Want to control a swarm of robots? Georgia Tech has the answer

Researchers at Georgia Tech have built a tablet-based system that lets people control a fleet of robots with just the swipe of a finger.

The system uses a beam of light on the floor, according to Georgia Tech. The ‘swarm’ robots, which are in constant communication with each other, roll toward the illumination, and decide how to evenly cover the lit area.

Researchers say that when someone swipes the Apple iPad to drag the light across the floor, the robots follow. If, however, the person puts two fingers in different locations on the tablet, the machines split into teams and start the ‘swarm’ process again.

‘Swarm’ robots have already been tested by a number of organizations, from the U.S. military, to oceanographers. Georgia Tech says that its algorithm for controlling large teams of robots could be used in areas such as manufacturing, agriculture, and disaster relief.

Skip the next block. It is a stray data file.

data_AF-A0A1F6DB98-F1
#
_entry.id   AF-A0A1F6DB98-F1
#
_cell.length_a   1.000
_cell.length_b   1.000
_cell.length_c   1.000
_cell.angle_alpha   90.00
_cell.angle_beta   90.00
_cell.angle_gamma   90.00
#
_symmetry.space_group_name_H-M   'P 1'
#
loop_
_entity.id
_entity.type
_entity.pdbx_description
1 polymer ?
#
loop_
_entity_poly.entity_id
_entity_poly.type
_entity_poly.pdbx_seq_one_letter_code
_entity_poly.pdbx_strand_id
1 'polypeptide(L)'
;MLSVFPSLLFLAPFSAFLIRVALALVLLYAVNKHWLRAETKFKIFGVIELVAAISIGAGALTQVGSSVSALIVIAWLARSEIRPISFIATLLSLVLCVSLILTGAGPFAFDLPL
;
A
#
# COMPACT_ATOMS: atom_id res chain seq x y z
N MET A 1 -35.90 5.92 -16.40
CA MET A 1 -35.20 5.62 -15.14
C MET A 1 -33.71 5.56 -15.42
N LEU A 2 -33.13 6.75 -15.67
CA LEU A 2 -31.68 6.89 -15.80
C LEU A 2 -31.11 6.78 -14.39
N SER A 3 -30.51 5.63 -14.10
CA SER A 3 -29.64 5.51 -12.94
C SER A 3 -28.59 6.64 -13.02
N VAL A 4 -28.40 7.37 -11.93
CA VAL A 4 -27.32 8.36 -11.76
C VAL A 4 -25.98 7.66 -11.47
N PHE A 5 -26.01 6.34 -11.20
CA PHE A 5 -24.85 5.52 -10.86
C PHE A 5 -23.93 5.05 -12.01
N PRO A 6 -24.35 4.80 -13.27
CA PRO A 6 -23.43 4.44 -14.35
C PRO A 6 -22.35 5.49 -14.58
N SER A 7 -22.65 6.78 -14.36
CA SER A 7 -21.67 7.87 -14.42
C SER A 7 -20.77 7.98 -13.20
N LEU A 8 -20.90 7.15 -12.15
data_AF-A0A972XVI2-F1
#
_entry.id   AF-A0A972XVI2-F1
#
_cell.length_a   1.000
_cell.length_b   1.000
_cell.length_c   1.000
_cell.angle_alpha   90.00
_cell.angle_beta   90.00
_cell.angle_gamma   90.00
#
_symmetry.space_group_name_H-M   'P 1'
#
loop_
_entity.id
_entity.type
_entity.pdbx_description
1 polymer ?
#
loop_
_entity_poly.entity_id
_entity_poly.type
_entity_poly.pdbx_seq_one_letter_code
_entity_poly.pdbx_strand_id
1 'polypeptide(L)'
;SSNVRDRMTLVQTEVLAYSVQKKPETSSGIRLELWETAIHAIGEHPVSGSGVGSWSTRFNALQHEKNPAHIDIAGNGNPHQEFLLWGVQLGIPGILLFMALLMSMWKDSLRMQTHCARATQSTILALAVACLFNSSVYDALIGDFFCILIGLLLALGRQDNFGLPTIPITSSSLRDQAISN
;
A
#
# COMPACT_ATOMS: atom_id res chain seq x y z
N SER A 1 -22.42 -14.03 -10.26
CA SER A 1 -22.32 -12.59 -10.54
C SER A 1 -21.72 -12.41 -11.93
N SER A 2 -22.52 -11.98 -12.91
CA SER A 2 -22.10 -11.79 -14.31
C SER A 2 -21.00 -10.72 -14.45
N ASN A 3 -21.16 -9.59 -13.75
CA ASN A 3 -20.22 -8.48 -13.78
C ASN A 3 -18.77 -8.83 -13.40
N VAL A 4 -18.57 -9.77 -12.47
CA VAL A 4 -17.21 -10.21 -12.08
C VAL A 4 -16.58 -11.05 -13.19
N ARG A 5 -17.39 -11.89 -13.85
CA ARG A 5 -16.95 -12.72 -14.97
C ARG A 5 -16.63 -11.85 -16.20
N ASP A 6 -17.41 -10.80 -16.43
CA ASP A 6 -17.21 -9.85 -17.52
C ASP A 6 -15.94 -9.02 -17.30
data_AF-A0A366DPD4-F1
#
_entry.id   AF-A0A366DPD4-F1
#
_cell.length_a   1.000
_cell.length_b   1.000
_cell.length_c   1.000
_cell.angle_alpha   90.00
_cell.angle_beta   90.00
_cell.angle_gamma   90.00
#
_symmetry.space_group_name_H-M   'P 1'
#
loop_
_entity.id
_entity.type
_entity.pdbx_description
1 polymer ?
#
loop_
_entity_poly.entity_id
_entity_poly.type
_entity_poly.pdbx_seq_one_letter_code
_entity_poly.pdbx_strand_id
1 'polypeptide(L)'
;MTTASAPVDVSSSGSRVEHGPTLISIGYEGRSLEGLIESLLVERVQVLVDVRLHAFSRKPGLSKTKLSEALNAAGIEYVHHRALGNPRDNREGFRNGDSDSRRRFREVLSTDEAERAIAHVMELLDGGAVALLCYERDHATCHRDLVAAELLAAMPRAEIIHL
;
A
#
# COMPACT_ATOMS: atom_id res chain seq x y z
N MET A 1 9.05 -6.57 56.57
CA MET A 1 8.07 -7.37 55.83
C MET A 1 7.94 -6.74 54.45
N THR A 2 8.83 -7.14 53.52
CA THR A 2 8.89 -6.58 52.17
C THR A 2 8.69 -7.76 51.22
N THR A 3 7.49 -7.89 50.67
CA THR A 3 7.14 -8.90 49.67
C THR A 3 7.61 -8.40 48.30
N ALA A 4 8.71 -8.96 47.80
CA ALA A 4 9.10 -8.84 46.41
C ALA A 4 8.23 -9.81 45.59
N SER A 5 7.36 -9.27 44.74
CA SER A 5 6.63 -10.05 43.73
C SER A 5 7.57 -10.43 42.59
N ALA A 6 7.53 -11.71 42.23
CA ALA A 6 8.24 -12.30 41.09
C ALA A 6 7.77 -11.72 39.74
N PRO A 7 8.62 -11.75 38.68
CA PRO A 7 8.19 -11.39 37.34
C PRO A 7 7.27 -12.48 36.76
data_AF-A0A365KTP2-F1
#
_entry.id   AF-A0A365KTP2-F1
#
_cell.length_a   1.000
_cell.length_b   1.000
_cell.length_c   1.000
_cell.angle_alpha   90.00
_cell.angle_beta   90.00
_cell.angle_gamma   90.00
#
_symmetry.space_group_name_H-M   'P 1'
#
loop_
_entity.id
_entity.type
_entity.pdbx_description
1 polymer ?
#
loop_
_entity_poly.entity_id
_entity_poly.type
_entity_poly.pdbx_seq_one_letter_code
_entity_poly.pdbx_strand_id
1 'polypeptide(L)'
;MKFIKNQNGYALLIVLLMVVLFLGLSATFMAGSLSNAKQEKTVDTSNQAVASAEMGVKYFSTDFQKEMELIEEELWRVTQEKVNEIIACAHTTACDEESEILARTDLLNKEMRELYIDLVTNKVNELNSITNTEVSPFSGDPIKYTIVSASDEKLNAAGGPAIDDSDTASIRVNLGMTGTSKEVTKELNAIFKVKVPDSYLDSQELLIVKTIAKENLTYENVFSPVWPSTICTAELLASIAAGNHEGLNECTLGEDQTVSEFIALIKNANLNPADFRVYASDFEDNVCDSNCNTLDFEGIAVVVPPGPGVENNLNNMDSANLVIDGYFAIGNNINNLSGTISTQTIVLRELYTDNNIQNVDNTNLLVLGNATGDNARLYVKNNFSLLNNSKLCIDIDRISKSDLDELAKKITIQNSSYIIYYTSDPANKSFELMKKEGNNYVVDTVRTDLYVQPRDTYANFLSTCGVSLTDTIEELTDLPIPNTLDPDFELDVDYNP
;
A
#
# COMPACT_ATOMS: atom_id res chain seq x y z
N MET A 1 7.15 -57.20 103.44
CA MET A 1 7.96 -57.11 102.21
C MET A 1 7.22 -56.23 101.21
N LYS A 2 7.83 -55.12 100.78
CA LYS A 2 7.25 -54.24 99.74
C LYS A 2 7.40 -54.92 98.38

“It’s not possible for a person to control a thousand or a million robots by individually programming each one where to go,” said Magnus Egerstedt, Schlumberger Professor in Georgia Tech’s School of Electrical and Computer Engineering, in a statement. “Instead, the operator controls an area that needs to be explored. Then the robots work together to determine the best ways to accomplish the job.”

Georgia Tech says that its robotic algorithm is flexible enough to let robots “change their minds." In a demonstration of the system, each robot is constantly measuring how much light is in its local “neighborhood.” When there’s too much light in a robot’s area, it moves away so that another robot can steal some of its light.

“The robots are working together to make sure that each one has the same amount of light in its own area,” explained Egerstedt.

“In the future, farmers could send machines into their fields to inspect the crops,” said Georgia Tech doctoral candidate Yancy Diaz-Mercado, in the statement. “Workers on manufacturing floors could direct robots to one side of the warehouse to collect items, then quickly direct them to another area if the need changes.”

Georgia Tech’s study is supported by the Air Force Office of Scientific Research.